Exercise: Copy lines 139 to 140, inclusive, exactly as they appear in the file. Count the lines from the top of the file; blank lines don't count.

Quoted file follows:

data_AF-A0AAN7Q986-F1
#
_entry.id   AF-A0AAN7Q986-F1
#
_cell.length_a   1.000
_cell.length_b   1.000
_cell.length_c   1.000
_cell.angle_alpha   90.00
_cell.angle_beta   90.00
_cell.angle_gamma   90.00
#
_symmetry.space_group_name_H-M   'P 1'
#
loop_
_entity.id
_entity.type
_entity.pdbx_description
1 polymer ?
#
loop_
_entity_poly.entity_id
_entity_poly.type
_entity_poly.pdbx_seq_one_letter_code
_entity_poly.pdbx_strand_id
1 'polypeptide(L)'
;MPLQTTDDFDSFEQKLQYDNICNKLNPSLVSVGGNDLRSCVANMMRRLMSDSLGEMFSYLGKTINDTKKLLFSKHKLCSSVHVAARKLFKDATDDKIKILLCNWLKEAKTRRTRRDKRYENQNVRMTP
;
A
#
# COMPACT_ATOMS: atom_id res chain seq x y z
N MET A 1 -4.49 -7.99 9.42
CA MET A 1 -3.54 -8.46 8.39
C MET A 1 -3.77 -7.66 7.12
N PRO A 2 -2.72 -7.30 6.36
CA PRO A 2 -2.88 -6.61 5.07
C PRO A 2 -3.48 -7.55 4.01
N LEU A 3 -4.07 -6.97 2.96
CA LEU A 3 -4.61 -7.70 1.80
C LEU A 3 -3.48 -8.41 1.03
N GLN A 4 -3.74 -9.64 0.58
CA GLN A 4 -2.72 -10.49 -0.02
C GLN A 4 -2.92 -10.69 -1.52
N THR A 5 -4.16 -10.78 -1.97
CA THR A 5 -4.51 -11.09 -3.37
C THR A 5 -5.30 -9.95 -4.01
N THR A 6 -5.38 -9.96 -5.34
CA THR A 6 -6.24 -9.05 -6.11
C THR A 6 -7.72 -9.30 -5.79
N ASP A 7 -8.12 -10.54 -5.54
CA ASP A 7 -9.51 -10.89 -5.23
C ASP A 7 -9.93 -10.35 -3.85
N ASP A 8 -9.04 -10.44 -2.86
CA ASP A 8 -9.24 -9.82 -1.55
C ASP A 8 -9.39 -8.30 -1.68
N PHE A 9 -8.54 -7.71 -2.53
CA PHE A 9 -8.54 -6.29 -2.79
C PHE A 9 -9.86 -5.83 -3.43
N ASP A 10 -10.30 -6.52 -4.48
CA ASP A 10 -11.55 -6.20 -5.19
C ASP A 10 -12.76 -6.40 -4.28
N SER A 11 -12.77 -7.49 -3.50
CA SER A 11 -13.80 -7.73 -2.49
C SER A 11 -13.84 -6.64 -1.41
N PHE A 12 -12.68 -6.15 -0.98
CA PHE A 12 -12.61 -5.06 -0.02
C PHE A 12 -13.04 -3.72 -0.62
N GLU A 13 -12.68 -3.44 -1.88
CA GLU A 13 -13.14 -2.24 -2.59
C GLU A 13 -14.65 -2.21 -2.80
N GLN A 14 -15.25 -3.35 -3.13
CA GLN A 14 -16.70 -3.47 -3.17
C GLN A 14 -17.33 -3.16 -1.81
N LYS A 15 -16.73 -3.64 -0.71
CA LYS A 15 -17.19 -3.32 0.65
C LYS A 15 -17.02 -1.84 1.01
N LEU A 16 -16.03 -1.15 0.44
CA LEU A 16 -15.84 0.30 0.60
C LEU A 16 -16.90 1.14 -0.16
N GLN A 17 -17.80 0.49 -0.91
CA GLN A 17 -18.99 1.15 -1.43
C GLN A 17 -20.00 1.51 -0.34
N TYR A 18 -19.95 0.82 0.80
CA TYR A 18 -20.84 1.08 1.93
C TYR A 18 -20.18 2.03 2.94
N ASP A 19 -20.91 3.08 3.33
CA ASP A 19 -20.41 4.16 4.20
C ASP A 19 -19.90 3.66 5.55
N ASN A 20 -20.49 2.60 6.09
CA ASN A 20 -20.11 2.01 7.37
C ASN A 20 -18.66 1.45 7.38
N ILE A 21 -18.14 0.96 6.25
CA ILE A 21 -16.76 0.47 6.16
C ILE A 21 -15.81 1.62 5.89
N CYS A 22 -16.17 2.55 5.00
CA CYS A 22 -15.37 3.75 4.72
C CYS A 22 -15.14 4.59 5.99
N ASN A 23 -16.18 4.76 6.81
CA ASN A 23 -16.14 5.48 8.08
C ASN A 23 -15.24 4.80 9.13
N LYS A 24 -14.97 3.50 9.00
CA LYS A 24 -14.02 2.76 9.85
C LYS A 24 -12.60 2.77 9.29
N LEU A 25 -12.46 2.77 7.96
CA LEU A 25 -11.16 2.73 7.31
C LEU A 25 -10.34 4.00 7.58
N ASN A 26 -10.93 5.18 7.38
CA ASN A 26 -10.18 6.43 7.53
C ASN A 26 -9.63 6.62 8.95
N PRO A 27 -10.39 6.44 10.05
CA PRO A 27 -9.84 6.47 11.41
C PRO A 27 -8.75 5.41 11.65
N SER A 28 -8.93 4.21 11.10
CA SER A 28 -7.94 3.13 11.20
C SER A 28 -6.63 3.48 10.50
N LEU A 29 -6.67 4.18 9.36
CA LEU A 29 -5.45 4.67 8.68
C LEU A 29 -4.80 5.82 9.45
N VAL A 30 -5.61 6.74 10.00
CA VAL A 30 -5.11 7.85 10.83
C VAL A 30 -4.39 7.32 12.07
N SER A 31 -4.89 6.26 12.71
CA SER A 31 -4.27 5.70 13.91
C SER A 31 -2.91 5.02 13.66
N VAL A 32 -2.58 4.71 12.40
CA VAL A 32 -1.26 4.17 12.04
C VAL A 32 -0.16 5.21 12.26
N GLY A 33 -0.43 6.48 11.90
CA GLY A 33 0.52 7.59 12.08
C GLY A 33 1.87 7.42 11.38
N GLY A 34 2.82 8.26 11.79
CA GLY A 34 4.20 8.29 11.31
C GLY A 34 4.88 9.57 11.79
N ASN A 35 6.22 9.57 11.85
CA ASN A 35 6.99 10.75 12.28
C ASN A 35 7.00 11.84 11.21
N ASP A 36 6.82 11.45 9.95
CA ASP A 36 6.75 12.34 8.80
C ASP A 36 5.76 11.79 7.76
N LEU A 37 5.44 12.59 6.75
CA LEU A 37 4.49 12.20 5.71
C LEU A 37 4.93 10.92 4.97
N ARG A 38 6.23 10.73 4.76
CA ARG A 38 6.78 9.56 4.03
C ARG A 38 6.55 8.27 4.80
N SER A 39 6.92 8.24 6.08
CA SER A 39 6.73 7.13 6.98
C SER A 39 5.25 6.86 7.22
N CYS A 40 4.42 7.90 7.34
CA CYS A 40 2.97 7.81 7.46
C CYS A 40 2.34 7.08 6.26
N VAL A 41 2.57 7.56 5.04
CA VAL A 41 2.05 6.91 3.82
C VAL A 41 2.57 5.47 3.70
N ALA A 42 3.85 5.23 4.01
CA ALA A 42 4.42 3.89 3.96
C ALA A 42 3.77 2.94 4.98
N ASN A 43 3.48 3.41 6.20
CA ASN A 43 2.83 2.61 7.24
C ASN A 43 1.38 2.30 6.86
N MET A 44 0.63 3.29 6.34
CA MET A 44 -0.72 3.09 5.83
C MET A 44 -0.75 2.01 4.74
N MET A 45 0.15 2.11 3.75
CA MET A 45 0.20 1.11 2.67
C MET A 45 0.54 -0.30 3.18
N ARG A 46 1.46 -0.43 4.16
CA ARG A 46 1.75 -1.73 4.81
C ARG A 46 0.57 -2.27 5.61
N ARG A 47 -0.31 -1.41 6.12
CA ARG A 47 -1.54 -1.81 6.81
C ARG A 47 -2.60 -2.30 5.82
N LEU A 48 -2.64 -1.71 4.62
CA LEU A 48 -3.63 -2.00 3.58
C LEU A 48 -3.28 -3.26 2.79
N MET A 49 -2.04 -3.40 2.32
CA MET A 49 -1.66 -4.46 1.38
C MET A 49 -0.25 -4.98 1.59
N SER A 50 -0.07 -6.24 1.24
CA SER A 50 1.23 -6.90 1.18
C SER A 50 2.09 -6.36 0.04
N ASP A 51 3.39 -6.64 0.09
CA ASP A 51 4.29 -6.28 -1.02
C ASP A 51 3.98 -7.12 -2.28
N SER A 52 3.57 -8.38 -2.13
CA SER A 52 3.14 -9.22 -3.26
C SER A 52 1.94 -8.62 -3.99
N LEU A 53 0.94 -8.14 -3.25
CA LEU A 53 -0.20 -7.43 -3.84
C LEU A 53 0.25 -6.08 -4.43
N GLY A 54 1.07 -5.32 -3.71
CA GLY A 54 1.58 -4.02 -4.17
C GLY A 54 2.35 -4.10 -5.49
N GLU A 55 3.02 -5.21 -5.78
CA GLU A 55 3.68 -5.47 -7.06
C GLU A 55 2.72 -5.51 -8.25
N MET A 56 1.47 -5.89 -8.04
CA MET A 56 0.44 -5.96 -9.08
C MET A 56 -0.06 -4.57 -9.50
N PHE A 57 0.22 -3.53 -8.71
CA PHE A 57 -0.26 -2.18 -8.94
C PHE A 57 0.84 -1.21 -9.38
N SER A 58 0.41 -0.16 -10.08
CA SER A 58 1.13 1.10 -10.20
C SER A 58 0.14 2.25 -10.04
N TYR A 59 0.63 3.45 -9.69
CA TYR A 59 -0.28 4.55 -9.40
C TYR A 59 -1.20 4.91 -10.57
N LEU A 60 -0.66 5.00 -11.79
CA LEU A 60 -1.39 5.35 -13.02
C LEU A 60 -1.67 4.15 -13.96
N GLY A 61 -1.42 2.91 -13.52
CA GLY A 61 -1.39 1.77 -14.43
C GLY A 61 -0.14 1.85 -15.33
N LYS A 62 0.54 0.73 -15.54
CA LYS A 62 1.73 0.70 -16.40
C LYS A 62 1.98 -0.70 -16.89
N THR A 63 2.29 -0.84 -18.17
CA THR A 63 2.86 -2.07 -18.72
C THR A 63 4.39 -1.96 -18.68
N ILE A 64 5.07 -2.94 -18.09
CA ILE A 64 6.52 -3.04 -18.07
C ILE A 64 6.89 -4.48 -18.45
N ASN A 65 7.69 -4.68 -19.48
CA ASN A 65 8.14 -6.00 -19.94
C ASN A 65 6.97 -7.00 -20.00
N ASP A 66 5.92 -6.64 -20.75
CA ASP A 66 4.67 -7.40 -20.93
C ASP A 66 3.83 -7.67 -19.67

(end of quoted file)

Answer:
N LEU A 37 5.44 12.59 6.75
CA LEU A 37 4.49 12.20 5.71